Reclaiming health and wellbeing for Aboriginal and Torres Strait Islander people

An artwork called 'the Diversity of one working together' by Max Mansell, an Indigenous Tasmanian artist

Dr Michelle Kennedy – PHAA Vice-President Aboriginal and Torres Strait Islander health

This continent’s First Peoples were healthy enough to live here for tens of thousands of years, creating the world’s longest-lasting cultures.

Then, colonisation. In a few generations the Aboriginal and Torres Strait Islander peoples’ populations declined dramatically, and so did much of their health and wellbeing – connected as it was to country and culture which were stolen, damaged or destroyed.

The legacy of colonisation has resulted in new illnesses particularly from tobacco, alcohol, unhealthy food and drink, and much more.

We can and must turn this around. Building on our strengths, knowledges and wisdom.

First, all people in Australia need to embrace the deep commitments agreed to five years ago in the Uluru Statement from the Heart – that everyone tell the Truth about our past, give Aboriginal and Torres Strait Islander people a real Voice, and all of us talk and reach lasting agreement on how to walk together.

Truth-telling and nation building are critical to truly closing the gap in health and wellbeing outcomes for Aboriginal and Torres Strait Islander peoples.  The Uluru statement also identifies sovereignty and self-determination as being critical to seeing the necessary decisions made to close the gaps.

We need real investment to address the underlying social and cultural determinants of health, including systemic racism.

We need to provide appropriate housing, which is not overcrowded, so that disease spreads can be controlled, and families can feel safe and at peace.

Education gaps are improving, but education is the basis of so much else in society. We must keep building up its strength to the point where kids can see generations of well-educated parents and grandparents, and crucially, we need to ensure kids can be connected to their Country, culture and Indigenous Ways of Knowing.

One notable closing-the-gap success is in terms of Aboriginal and Torres Strait Islander people’s life expectancy. But with people living longer, we need to strengthen our focus on elder care.

And we need our justice system to be just, so that it is protecting people, not playing a role in endless incarceration and fear.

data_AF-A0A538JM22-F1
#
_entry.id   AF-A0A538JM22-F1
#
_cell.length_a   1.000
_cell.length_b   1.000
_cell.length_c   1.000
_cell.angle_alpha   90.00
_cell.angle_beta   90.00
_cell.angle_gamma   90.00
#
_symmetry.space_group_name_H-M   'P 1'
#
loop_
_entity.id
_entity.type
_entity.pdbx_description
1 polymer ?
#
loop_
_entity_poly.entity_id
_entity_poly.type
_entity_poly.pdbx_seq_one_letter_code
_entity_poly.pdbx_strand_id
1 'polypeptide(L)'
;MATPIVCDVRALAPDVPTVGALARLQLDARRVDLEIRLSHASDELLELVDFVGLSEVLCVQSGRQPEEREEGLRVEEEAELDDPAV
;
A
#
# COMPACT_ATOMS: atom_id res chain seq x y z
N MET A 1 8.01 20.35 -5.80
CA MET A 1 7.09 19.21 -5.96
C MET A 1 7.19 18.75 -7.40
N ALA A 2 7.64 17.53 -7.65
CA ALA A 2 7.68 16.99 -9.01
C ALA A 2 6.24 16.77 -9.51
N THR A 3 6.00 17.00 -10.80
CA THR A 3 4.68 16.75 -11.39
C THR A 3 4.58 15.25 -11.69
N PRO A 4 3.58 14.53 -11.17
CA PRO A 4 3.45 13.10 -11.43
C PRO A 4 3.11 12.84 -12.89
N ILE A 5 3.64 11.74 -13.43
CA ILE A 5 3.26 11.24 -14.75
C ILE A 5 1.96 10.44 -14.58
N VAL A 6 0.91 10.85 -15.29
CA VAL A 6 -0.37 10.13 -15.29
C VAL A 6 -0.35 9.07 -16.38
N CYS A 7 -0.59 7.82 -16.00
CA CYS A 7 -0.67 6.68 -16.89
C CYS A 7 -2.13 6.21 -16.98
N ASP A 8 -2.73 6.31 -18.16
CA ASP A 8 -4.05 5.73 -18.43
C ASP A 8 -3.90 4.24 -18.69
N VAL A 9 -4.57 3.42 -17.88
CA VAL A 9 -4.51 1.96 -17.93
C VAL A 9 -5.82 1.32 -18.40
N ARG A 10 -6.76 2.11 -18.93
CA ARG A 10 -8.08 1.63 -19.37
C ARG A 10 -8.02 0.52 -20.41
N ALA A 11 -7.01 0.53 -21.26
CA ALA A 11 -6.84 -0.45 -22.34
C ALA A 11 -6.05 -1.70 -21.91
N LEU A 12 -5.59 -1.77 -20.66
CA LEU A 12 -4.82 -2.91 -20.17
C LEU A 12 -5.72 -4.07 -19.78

We need to give communities a seat at the table and acknowledge them as knowledge holders in policy making, and this is true in health as much as anything. Empowered local communities with well-resourced Aboriginal Community Controlled Health Organisations (ACCHOs) are the health service providers which have been proved over more than four decades to work.

This includes building and resourcing a strong and supported health workforce that has appropriate clinical and non-clinical skills to provide culturally safe and responsive health care.

And we need to throw huge efforts and resources into preventive health: reducing smoking rates, drinking less, providing healthier food and drink, and scanning our vulnerable populations for life-threatening diseases such as Rheumatic Heart Disease.

We’ve seen how Aboriginal and Torres Strait Islander-led interventions strengthen Aboriginal and Torres Strait Islander people’s health already. We must ensure continued and quality ongoing investment, with a focus on sustainability, with ACCHOs leading.

And we need to ensure that we address, and stop, the systemic discrimination still occurring when accessing services.

The fact is, the COVID pandemic has hit Aboriginal and Torres Strait Islander communities much harder than non-Indigenous communities in Australia. Our communities have experienced inequitable access to COVID treatments, and relatively low rates of vaccinations.

These are many clear examples of the significant health disparities which continue to occur in this wealthy country.

Some of the reasons behind those disparities include the ongoing effects of colonisation, racism, inter-generational trauma, and other injustices.

These compounding, interconnected factors mean that Aboriginal and Torres Strait Islander people are sicker, and will live shorter lives than their non-Indigenous counterparts.

We can and must turn our current problems around.

We’re a rich country. We can and must address the disgraceful gaps in Aboriginal and Torres Strait Islander health and wellbeing, and other areas like justice, education, and housing.

The Australian Government needs to involve and listen to Aboriginal and Torres Strait Islander people, resource prevention and health services properly, and over and above all such actions, act on the Uluru Statement and its potential.

So this election, consider carefully what every candidate and party is telling you. Please use your vote to bring about better health services for – and by – Aboriginal and Torres Strait Islander people –  and Vote For Public Health.


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Image: Detail from an artwork called ‘the Diversity of one working together’, 2010 by Max Mansell, an Indigenous Tasmanian artist. The print hangs on the wall of the PHAA National Office.

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